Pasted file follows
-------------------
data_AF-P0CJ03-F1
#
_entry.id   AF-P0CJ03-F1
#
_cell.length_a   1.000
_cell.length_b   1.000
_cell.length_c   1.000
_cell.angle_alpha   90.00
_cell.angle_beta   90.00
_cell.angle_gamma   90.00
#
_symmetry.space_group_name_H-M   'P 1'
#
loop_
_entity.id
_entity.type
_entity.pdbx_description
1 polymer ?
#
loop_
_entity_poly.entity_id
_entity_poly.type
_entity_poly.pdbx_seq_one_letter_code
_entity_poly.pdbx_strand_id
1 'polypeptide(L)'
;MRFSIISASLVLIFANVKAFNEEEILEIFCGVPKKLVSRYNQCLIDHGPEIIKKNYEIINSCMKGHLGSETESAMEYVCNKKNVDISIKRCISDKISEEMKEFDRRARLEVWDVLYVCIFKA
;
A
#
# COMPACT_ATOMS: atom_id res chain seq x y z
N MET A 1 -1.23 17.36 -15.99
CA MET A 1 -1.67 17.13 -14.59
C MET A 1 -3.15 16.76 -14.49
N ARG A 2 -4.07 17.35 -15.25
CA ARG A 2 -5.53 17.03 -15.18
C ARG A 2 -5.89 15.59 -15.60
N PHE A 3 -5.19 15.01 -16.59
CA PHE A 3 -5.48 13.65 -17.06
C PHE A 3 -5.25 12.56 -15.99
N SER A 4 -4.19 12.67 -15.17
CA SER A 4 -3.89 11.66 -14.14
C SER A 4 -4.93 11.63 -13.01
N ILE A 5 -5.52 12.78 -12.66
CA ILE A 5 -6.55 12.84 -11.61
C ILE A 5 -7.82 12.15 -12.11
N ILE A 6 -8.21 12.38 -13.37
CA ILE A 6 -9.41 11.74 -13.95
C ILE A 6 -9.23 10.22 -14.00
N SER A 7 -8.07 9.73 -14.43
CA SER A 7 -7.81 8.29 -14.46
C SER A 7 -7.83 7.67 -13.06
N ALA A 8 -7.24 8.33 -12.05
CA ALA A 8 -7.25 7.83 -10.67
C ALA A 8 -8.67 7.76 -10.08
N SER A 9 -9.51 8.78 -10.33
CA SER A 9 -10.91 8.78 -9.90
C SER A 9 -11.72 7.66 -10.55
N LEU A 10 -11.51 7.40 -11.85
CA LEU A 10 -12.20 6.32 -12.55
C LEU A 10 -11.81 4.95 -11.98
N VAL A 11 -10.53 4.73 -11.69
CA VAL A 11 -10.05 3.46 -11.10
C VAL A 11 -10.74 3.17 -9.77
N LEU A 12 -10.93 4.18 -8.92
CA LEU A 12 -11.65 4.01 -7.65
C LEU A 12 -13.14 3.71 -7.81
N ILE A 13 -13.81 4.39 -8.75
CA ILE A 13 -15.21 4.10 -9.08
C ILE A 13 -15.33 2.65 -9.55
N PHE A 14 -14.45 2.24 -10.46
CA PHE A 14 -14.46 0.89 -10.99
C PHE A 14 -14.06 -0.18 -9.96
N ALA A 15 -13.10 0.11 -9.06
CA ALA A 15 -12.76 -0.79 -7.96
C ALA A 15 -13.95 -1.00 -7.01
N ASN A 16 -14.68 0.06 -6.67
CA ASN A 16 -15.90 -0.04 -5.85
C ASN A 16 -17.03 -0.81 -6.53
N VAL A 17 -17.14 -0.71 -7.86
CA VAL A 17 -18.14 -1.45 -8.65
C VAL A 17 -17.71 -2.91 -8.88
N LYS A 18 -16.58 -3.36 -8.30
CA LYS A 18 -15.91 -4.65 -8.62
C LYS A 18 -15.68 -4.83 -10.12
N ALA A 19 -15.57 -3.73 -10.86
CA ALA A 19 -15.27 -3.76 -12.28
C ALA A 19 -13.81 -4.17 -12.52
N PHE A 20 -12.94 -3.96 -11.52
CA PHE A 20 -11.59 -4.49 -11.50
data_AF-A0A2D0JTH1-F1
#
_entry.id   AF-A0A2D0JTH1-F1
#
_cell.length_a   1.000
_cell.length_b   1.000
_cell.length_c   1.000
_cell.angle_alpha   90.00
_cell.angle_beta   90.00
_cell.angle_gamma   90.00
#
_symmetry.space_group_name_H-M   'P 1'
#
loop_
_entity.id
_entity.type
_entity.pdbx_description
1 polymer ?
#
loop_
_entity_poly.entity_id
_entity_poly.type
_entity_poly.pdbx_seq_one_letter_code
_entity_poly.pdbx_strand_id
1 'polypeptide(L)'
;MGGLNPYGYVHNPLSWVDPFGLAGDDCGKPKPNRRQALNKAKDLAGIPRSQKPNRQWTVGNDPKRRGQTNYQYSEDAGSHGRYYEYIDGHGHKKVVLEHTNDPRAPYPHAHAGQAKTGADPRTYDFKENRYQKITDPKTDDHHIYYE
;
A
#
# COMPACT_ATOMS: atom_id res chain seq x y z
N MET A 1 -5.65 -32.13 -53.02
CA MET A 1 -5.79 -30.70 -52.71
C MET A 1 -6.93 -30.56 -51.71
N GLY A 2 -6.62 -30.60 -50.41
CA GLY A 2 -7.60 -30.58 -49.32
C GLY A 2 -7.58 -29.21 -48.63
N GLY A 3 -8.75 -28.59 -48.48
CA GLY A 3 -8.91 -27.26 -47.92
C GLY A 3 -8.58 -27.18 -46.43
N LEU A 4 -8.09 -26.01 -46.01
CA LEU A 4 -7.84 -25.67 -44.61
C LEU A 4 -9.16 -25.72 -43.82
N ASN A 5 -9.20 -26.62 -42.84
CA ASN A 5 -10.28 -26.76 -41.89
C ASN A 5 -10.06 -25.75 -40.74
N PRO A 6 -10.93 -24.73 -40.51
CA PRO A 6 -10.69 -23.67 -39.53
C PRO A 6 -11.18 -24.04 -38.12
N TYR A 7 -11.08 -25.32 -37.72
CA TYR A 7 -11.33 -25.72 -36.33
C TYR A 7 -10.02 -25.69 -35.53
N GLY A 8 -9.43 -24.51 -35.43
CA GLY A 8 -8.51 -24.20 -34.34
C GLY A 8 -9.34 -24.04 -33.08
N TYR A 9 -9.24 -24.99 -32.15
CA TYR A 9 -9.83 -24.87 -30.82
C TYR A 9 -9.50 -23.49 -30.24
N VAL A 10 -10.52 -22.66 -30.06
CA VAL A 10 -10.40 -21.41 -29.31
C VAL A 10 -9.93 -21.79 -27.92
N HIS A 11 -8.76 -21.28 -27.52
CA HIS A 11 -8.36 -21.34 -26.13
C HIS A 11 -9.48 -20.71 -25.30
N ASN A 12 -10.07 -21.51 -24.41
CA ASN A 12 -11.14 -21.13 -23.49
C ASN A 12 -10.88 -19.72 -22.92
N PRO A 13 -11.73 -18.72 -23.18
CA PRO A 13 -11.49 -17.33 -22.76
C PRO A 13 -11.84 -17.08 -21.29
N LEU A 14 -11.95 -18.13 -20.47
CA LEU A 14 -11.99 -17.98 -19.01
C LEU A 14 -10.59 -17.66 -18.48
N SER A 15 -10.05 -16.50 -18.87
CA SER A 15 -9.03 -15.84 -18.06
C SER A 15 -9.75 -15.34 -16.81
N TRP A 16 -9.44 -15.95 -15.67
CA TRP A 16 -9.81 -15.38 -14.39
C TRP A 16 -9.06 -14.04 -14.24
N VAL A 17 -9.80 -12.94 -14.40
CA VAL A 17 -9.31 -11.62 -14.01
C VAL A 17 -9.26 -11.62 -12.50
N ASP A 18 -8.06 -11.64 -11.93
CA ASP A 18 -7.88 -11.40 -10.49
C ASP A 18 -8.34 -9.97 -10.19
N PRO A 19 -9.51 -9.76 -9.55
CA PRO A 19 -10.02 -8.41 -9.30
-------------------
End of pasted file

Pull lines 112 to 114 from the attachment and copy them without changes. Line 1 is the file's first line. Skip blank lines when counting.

_entity_poly.pdbx_seq_one_letter_code
_entity_poly.pdbx_strand_id
1 'polypeptide(L)'